Covariant surface vector

On pg 74 of Dalarsson's Tensors, Relativity and Cosmology (The Integral theorems for tensor field chapter), the covariant surface vector was defined as: $$dS_k=\frac{1}{2}\epsilon_{kmn}dx^mdx^n=\frac{1}{2}\sqrt{g}e_{kmn}dx^mdx^n. \tag{10.41}$$

In the Descartes coordinates, where $$\sqrt{g}=1$$, the components of this vector are given by $$dS_1=dx^2dx^3, dS_2=dx^1dx^3 , dS_3=dx^1dx^2 . \tag{10.42}$$

However, I attempted calculating the components in (10.42), for instance $$dS_1=\frac{1}{2}(e_{123}dx^2dx^3+e_{132}dx^3dx^2)$$ which yielded $$dS_1=\frac{1}{2}(dx^2dx^3-dx^3dx^2)$$ which was clearly incorrect. So it would be great if anyone could explain the errors that I have made.

The symbols $$dx^1$$ and $$dx^2$$ are presumably meant to be differential forms, and these anticommute: $$dx^1\wedge dx^2 =- dx^2\wedge dx^1.$$ Many authors leave out the $$\wedge$$ symbol when writing products of forms, and this (again "presumably" because I have not seen the book) is what the author is doing here. With this understood, your computation is essentially correct. When you insert infinitesimal vectors $$\delta {\bf x}_1$$ and $$\delta {\bf x}_2$$ into the two-form $$dS_3$$ you have $$dS_3 (\delta {\bf x}_1, \delta {\bf x}_2)=\frac 12 (dx^1\wedge dx^2-dx^2\wedge dx^1)(\delta {\bf x}_1, \delta {\bf x}_2)= \frac 12 (\delta x_1^1 \delta x_2^2- \delta x_1^2 \delta x_2^1) = \frac 12 (\delta {\bf x}_1 \times \delta {\bf x}_2)_3$$ which is the third component of the vector products of the displacements $$\delta {\bf x}_1$$ and $$\delta {\bf x}_2$$. This is the third component of the vector element of area defined by the parallelogram whose sides are $$\delta {\bf x}_1$$ and $$\delta {\bf x}_2$$.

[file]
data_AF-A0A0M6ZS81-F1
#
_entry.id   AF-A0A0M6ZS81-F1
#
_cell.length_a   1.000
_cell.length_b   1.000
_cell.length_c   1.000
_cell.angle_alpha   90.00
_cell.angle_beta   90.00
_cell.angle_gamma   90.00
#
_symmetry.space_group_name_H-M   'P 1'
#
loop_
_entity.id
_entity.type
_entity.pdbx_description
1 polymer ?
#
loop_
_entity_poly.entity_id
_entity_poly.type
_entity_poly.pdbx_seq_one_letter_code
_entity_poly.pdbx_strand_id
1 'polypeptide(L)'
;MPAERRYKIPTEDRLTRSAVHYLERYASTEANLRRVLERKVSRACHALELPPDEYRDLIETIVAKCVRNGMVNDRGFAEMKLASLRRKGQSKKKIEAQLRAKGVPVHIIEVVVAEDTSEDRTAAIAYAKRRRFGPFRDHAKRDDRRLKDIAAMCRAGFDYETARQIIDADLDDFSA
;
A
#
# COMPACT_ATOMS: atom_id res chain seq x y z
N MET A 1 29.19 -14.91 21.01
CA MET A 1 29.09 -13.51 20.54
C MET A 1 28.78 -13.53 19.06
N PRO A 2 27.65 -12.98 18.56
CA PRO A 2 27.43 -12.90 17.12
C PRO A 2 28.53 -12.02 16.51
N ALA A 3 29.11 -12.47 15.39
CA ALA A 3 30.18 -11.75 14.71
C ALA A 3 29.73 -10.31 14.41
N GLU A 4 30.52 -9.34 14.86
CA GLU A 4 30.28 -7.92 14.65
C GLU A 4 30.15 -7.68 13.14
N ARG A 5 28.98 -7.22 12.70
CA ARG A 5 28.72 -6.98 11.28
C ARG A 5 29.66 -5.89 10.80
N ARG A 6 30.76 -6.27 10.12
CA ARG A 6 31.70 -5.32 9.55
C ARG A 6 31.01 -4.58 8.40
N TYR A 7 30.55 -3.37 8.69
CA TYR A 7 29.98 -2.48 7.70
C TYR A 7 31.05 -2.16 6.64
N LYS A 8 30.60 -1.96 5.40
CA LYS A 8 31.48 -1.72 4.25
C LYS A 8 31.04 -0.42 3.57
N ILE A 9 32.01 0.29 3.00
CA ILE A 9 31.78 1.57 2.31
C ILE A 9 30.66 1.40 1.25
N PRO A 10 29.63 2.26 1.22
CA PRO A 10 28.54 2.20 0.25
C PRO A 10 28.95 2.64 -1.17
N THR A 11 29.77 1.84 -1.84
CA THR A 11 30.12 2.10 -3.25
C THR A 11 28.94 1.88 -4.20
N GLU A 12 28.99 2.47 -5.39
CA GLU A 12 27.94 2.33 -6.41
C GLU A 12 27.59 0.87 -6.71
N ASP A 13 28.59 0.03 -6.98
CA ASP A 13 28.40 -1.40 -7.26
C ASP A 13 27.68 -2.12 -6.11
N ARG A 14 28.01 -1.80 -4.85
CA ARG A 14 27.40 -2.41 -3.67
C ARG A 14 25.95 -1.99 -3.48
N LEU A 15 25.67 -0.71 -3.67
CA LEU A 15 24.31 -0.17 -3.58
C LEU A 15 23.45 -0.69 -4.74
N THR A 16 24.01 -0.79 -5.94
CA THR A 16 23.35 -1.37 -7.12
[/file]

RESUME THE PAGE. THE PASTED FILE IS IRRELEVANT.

Equation 10.41 can't be describing the area covector in terms of infinitesimal coordinate changes. If it was, then due to the antisymmetry of the Levi-Civita tensor $$\epsilon_{kmn}$$ on the indices $$m$$ and $$n$$, this expression would vanish identically.
So I think their notation $$dx^m dx^n$$ actually means the wedge product $$dx^m\wedge dx^n$$, i.e., these are differential forms. So your final result looks fine, because $$dx^3\wedge dx^2=-dx^2\wedge dx^3$$, so it reduces to $$dS_1=dx^2\wedge dx^3$$.